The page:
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Year : 2010  |  Volume : 56  |  Issue : 3  |  Page : 218-219

Glomus tumor occuring in male breast - An unusual site of presentation

1 Department of Pathology, Jawaharlal Nehru Medical College, AMU, Aligarh, Uttar Pradesh, India
2 Department of General Surgery, Jawaharlal Nehru Medical College, AMU, Aligarh, Uttar Pradesh, India

Date of Web Publication23-Aug-2010

Correspondence Address:
G Mehdi
Department of Pathology, Jawaharlal Nehru Medical College, AMU, Aligarh, Uttar Pradesh
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Source of Support: None, Conflict of Interest: None

DOI: 10.4103/0022-3859.68638

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How to cite this article:
Mehdi G, Siddiqui F A, Ansari H A, Mansoor T. Glomus tumor occuring in male breast - An unusual site of presentation. J Postgrad Med 2010;56:218-9

How to cite this URL:
Mehdi G, Siddiqui F A, Ansari H A, Mansoor T. Glomus tumor occuring in male breast - An unusual site of presentation. J Postgrad Med [serial online] 2010 [cited 2022 Jul 2];56:218-9. Available from:

Glomus tumors are benign neoplasms arising from modified smooth muscle cells located in the walls of specialized arteriovenous anastomoses, fulfilling a temperature regulatory function. [1]

The breast is an extremely rare location for glomus tumor. A similar case has been reported recently in a female patient. [2] However, to the best of our knowledge, no such case has been reported in the male breast.

A 25-year-old male presented with a painful nodule in the right breast for the past one month. On examination, the mass was tender, firm, about 1 cm in diameter, located in the upper inner quadrant. Overlying skin was normal. The mass was excised and submitted for histopathological examination. Grossly, it was smooth, grayish white in color. Microscopic examination revealed anastomosing nests and sheets of tumor cells surrounding dilated vascular spaces [Figure 1]. The tumor cells were uniformly monotonous with oval to round hyperchromatic nuclei, homogeneous chromatin and scant eosinophilic cytoplasm [Figure 2]a. No cellular atypia or mitoses were observed. Periodic Acid Schiff (PAS) stain demonstrated the presence of basal lamina material around the cells [Figure 2]b. On the basis of these findings, a diagnosis of glomus tumor was rendered.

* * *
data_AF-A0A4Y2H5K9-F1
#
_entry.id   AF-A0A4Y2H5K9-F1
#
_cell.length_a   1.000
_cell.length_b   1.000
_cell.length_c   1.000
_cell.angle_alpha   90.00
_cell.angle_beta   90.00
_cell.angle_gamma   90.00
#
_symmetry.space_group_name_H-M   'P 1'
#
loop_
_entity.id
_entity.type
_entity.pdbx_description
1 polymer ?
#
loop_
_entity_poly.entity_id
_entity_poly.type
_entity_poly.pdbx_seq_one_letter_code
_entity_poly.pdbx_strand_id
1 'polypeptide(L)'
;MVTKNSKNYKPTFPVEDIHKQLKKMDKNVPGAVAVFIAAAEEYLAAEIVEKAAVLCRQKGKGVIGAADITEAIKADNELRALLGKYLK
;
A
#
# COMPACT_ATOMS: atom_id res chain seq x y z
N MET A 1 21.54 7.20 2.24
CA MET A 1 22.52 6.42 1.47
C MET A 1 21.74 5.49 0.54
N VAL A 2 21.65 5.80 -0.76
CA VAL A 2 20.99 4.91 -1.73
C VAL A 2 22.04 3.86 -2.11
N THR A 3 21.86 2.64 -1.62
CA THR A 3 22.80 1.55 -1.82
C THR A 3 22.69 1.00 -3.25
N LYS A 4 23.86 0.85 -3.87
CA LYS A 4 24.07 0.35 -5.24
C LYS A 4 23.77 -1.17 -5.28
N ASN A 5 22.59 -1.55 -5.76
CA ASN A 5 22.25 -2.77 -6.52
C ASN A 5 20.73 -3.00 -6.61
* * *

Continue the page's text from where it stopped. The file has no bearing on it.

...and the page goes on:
Figure 1 :Glomus tumor: solid proliferation of cells with interspersed blood vessels (H and E, ×125)

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Figure 2 :(a) Section showing monotonous tumor cells with round nuclei and eosinophilic cytoplasm (H and E × 250). (b) Glomus tumor: section showing basal lamina material around tumor cells (PAS × 250)

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Glomus tumors were first described by Masson in the year 1924. [3] These are commonly seen in young adults, located in the subungual regions of the finger, palm, wrist, forearm and foot, as well as in unusual sites. [4]

Though usually benign, some aggressive variants have also been reported. [5] The new WHO classification categorizes these tumors into glomus tumor, glomus tumor of uncertain malignant potential and malignant glomus tumor. [6] The diagnostic criteria of malignancy includes (i) size greater than 2 cm and a subfascial location, (ii) atypical mitotic figures and (iii) moderate-to-high nuclear grade and five or more mitotic figures per 50 high-power fields. [5]

Special stains like PAS and immunohistochemistry are useful in confirming the diagnosis. [6]

The differential diagnosis of glomus tumor includes cutaneous adnexal neoplasms like eccrine spiradenoma, intradermal nevus with pseudovascular spaces, simple cavernous hemangioma, and carcinoid tumor.

In the light of its varied differential diagnoses, the possibility of a glomus tumor should be kept in mind, even in tumors which occur at sites where glomus cells are sparse or unrecognized.

 :: References Top

1.Calonje E, Fletcher CD. Tumors of the blood vessels and lymphatics. In: Fletcher CD, editor. Diagnostic histopathology of tumors. 2 nd ed. Philadelphia: Churchill Livingstone; 2005. p. 75-7.  Back to cited text no. 1      
2.Yalcin S, Ergul E, Ucar AE, Ulger BV, Korukluoglu B. Glomus tumor of the breast: First report. Langerbecks Arch Surg 2009;394:399-400.  Back to cited text no. 2      
3.Masson P. Le glomus neuromyoarterial des regions tαctiles et ses tumeurs. Lyon Chir 1924;21:257-80.  Back to cited text no. 3      
4.Weiss SW, Goldblum JR. Perivascular Tumors. In: Enzinger FM, Weiss SW, editors. Soft Tissue Tumors. 4 th ed. St Louis, Mo: Mosby; 2001. p. 985-1001.  Back to cited text no. 4      
5.Folpe AL, Fanburg-Smith JC, Miettinen M, Weiss SW. Atypical and malignant glomus tumors: Analysis of 52 cases, with a proposal for the reclassification of glomus tumors. Am J Surg Pathol 2001;25:1-12.  Back to cited text no. 5      
6.Folpe AL. Glomus tumors. In: Fletcher CD, Unni KK, Mertens F, editors. World Health Organization Classification of Tumors: Pathology and Genetics of Tumors of Soft Tissue and Bone. Lyon, France: IARC Press; 2002. p. 136-7.  Back to cited text no. 6      


  [Figure 1], [Figure 2]

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